March 26, 2006
IDPH launches BASUAH Sunday to help fight HIV/AIDS
Churches all over Illinois take time to inform and educate congregations about BASUAH and HIV/AIDS
SPRINGFIELD, Ill. – Today approximately 70 congregations received BASUAH pamphlets, bookmarks and information about the BASUAH Ambassador peer education program during church services for the kick-off of BASUAH Sunday. BASUAH Sunday is another opportunity for the Illinois Department of Public Health (IDPH) to educate communities about of HIV/AIDS and prevention and will be held again on April 30, May 28 and June 25, 2006.
BASUAH (Brothers and Sisters United Against HIV/AIDS) is Gov. Rod R. Blagojevich’s HIV/AIDS awareness campaign, which focuses on education, prevention and testing of HIV/AIDS. The program targets African Americans because of the number of HIV cases reported within that community in Illinois. In 2004, African Americans made up more than half of the newly reported HIV cases in the state while they only represent 15 percent of the state’s population.
“Understanding that the African-American churches are, in most cases, the focal point of the community, the Illinois Department of Public Health (IDPH) is partnering with faith-based congregations to identify and train youth as BASUAH ambassadors,” said Dr. Eric E. Whitaker, state public health director.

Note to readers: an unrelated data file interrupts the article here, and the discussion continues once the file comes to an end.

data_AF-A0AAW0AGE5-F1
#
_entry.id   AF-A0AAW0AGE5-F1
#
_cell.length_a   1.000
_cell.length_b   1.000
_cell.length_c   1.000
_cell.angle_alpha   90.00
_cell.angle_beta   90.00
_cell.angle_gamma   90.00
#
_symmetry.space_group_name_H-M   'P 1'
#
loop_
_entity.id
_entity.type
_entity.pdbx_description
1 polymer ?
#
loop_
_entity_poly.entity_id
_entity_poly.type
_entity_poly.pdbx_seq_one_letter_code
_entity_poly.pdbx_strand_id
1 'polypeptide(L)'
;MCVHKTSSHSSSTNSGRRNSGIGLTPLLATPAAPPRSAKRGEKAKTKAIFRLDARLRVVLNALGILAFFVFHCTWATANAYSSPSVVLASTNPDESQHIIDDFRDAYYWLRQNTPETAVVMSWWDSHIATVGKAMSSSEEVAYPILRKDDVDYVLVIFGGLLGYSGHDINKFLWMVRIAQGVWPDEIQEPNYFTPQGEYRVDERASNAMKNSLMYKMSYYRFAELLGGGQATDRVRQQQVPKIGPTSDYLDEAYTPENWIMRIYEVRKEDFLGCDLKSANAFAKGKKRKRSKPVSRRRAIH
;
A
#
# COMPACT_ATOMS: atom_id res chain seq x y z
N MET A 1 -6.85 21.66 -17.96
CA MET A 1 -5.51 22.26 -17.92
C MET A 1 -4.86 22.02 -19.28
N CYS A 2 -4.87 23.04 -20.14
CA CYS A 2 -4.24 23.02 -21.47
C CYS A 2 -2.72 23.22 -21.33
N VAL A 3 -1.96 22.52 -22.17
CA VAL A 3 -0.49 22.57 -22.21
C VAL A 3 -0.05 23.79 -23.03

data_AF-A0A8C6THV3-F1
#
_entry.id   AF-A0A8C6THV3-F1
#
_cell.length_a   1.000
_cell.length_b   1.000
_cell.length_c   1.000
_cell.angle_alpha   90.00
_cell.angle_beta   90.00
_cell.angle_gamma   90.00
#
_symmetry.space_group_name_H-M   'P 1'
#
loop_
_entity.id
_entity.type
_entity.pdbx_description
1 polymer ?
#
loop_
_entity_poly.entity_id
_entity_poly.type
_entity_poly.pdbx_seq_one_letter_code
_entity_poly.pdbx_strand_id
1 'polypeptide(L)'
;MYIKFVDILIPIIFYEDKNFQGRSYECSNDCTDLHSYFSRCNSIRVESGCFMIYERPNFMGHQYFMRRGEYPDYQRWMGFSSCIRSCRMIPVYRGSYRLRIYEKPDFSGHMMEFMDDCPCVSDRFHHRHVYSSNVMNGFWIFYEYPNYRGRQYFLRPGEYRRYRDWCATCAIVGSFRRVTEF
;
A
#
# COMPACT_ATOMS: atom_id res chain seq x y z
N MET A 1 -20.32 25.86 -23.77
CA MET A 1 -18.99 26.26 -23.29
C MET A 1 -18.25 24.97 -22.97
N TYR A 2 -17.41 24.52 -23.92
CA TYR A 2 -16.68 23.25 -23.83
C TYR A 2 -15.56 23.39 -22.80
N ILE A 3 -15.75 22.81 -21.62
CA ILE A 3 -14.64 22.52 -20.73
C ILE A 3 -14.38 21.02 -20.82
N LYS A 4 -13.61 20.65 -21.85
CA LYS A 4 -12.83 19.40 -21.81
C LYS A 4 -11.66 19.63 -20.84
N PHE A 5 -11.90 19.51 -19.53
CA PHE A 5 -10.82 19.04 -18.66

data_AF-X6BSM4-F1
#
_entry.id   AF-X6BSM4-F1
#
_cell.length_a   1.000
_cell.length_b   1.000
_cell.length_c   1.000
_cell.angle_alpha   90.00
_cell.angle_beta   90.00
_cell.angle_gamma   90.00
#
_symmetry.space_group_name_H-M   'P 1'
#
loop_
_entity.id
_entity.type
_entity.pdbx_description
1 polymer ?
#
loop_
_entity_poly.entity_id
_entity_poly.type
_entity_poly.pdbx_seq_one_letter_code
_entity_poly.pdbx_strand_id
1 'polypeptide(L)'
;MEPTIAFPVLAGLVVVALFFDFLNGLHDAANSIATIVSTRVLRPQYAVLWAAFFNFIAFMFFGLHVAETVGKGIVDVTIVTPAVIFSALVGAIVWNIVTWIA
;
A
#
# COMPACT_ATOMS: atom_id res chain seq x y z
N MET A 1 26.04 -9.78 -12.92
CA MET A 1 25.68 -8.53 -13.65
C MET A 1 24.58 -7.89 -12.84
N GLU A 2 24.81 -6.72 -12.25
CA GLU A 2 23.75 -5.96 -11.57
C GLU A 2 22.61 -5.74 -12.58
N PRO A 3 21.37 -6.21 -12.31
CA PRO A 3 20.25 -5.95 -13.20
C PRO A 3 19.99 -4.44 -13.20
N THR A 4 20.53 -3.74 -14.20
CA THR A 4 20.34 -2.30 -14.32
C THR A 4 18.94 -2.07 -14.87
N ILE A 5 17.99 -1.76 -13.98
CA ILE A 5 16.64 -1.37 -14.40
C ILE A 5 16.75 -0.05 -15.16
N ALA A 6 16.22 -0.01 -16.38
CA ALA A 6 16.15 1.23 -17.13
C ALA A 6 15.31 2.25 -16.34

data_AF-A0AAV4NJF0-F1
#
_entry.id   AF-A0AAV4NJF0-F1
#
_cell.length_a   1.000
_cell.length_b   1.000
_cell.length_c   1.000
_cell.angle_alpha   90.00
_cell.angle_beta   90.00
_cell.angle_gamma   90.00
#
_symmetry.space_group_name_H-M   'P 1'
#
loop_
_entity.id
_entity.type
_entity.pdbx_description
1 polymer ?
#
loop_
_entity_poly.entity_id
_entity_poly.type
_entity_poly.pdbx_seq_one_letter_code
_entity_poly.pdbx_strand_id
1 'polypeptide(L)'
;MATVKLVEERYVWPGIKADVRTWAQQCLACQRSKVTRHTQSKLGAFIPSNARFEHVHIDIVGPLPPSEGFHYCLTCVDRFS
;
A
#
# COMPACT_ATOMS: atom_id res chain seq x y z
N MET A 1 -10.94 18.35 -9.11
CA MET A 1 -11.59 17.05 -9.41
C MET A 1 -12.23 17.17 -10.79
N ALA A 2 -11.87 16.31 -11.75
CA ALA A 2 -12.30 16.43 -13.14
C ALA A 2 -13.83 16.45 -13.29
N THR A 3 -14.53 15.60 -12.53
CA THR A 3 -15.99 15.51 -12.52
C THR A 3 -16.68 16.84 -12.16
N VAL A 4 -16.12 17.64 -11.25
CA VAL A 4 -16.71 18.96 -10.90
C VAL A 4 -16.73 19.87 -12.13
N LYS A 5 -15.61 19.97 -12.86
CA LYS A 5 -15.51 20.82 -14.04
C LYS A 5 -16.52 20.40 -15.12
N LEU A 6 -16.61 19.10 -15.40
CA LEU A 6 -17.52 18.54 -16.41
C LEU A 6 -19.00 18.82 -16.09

Youth will be trained by the Red Cross as peer educators to provide HIV prevention messages to other youth, not only in their congregation, but also throughout the community. Youth will be encouraged to know and understand the threat of HIV to themselves and others, be able to identify and change risky behavior, and encourage other youth to know their status by being tested.
“The majority of HIV infections among African Americans are individuals under the age of 40, so it is critical to reach the youth community with prevention messages and the importance of getting tested,” said Dr. Whitaker. “Our hope is that today’s youth are reminded that HIV is not going away and they can prevent themselves from being a statistic.”
IDPH is working with clergy on a strategic plan to address the HIV/AIDS problem in the African American faith-based community. The plan will identify obstacles that the faith-based community faces in providing a network for delivery of HIV/AIDS prevention messages and formulate solutions. Congregations that have provided leadership in this area will display and discuss “best practice models.”
For more information on HIV/AIDS visit www.basuah.org or call the Illinois HIV/AIDS and STD hotline 1-800-243-2437.
of Public Health
535 West Jefferson Street
Springfield, Illinois 62761
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